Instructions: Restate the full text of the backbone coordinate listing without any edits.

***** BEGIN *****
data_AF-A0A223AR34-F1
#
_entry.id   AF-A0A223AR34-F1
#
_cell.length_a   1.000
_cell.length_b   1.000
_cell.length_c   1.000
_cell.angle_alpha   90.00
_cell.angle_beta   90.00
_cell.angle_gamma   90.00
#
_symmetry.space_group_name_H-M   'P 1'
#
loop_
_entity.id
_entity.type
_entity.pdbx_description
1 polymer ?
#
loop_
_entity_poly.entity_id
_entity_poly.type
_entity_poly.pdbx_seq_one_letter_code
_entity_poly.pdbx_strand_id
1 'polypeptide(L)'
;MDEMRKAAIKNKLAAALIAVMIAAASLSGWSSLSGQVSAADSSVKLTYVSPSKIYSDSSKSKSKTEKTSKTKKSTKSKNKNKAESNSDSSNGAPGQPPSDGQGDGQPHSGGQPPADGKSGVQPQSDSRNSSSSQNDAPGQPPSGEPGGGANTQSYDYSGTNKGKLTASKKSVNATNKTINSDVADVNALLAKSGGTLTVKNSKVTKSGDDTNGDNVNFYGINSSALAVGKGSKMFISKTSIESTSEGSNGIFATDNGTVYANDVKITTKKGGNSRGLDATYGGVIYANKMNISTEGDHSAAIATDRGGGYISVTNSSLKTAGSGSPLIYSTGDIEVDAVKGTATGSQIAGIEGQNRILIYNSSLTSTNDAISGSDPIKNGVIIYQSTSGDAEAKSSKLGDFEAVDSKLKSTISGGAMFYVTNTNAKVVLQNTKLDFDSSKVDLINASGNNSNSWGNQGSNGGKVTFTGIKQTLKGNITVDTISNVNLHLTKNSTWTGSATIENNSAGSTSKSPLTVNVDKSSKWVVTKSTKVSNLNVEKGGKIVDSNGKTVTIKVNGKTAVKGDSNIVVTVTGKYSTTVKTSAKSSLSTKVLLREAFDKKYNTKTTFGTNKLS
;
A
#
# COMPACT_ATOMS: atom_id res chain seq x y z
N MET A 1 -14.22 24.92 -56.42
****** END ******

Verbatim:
data_AF-A0A223AR34-F1
#
_entry.id   AF-A0A223AR34-F1
#
_cell.length_a   1.000
_cell.length_b   1.000
_cell.length_c   1.000
_cell.angle_alpha   90.00
_cell.angle_beta   90.00
_cell.angle_gamma   90.00
#
_symmetry.space_group_name_H-M   'P 1'
#
loop_
_entity.id
_entity.type
_entity.pdbx_description
1 polymer ?
#
loop_
_entity_poly.entity_id
_entity_poly.type
_entity_poly.pdbx_seq_one_letter_code
_entity_poly.pdbx_strand_id
1 'polypeptide(L)'
;MDEMRKAAIKNKLAAALIAVMIAAASLSGWSSLSGQVSAADSSVKLTYVSPSKIYSDSSKSKSKTEKTSKTKKSTKSKNKNKAESNSDSSNGAPGQPPSDGQGDGQPHSGGQPPADGKSGVQPQSDSRNSSSSQNDAPGQPPSGEPGGGANTQSYDYSGTNKGKLTASKKSVNATNKTINSDVADVNALLAKSGGTLTVKNSKVTKSGDDTNGDNVNFYGINSSALAVGKGSKMFISKTSIESTSEGSNGIFATDNGTVYANDVKITTKKGGNSRGLDATYGGVIYANKMNISTEGDHSAAIATDRGGGYISVTNSSLKTAGSGSPLIYSTGDIEVDAVKGTATGSQIAGIEGQNRILIYNSSLTSTNDAISGSDPIKNGVIIYQSTSGDAEAKSSKLGDFEAVDSKLKSTISGGAMFYVTNTNAKVVLQNTKLDFDSSKVDLINASGNNSNSWGNQGSNGGKVTFTGIKQTLKGNITVDTISNVNLHLTKNSTWTGSATIENNSAGSTSKSPLTVNVDKSSKWVVTKSTKVSNLNVEKGGKIVDSNGKTVTIKVNGKTAVKGDSNIVVTVTGKYSTTVKTSAKSSLSTKVLLREAFDKKYNTKTTFGTNKLS
;
A
#
# COMPACT_ATOMS: atom_id res chain seq x y z
N MET A 1 -14.22 24.92 -56.42